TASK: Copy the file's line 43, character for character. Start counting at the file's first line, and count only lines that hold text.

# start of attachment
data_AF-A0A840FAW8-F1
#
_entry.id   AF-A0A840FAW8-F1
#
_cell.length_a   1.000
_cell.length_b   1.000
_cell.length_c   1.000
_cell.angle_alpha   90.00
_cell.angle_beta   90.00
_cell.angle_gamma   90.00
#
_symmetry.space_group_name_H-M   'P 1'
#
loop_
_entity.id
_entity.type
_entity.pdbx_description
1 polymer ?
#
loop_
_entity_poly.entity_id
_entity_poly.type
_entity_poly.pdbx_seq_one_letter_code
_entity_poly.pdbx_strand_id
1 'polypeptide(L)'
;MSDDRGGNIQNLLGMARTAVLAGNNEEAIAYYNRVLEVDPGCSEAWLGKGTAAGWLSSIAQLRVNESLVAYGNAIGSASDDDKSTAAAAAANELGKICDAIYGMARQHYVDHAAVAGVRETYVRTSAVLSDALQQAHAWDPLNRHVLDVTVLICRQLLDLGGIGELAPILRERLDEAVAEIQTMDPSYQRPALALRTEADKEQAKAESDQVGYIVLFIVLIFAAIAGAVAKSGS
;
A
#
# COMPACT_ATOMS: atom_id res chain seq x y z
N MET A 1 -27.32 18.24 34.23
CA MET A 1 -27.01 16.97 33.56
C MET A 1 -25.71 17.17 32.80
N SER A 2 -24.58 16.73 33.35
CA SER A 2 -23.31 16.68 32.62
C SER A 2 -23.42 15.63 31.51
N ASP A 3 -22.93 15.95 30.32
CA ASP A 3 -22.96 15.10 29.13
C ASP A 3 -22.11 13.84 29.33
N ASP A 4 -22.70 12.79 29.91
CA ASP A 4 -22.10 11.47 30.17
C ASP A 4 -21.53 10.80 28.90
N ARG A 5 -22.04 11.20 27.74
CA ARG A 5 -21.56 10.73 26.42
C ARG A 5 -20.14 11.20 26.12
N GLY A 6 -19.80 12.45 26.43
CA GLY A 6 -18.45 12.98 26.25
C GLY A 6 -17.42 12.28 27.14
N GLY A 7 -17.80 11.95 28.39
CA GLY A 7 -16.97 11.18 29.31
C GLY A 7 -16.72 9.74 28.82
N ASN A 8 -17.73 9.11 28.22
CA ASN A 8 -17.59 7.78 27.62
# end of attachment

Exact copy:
N ARG A 5 -22.04 11.20 27.74